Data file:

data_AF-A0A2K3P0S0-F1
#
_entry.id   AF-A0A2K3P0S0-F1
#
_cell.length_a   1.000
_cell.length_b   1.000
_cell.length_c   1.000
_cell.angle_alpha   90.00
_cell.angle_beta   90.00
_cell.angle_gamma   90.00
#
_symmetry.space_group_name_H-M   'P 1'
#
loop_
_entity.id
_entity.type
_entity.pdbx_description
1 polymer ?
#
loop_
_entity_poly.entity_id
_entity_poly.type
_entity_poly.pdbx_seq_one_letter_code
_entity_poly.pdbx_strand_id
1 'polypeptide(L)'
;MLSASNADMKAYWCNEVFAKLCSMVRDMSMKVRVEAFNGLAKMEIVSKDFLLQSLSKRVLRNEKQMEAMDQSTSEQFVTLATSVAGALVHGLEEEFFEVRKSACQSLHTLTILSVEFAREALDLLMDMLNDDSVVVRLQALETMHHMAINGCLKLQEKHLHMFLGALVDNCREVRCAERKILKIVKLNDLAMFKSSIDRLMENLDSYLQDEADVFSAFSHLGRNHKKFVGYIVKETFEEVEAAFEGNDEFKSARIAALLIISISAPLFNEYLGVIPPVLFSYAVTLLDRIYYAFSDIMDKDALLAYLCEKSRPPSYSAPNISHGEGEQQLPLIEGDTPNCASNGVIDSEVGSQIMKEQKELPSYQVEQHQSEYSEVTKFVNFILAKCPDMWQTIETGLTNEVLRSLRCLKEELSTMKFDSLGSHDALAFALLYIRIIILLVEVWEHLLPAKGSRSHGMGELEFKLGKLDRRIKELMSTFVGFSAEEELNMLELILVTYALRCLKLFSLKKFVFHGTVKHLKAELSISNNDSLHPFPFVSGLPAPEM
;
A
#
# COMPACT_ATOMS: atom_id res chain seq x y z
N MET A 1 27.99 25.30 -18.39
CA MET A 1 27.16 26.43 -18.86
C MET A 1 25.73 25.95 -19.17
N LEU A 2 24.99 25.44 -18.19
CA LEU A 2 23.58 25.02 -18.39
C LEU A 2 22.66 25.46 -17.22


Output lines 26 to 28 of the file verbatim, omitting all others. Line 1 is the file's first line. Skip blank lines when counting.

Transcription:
;MLSASNADMKAYWCNEVFAKLCSMVRDMSMKVRVEAFNGLAKMEIVSKDFLLQSLSKRVLRNEKQMEAMDQSTSEQFVTLATSVAGALVHGLEEEFFEVRKSACQSLHTLTILSVEFAREALDLLMDMLNDDSVVVRLQALETMHHMAINGCLKLQEKHLHMFLGALVDNCREVRCAERKILKIVKLNDLAMFKSSIDRLMENLDSYLQDEADVFSAFSHLGRNHKKFVGYIVKETFEEVEAAFEGNDEFKSARIAALLIISISAPLFNEYLGVIPPVLFSYAVTLLDRIYYAFSDIMDKDALLAYLCEKSRPPSYSAPNISHGEGEQQLPLIEGDTPNCASNGVIDSEVGSQIMKEQKELPSYQVEQHQSEYSEVTKFVNFILAKCPDMWQTIETGLTNEVLRSLRCLKEELSTMKFDSLGSHDALAFALLYIRIIILLVEVWEHLLPAKGSRSHGMGELEFKLGKLDRRIKELMSTFVGFSAEEELNMLELILVTYALRCLKLFSLKKFVFHGTVKHLKAELSISNNDSLHPFPFVSGLPAPEM
;
A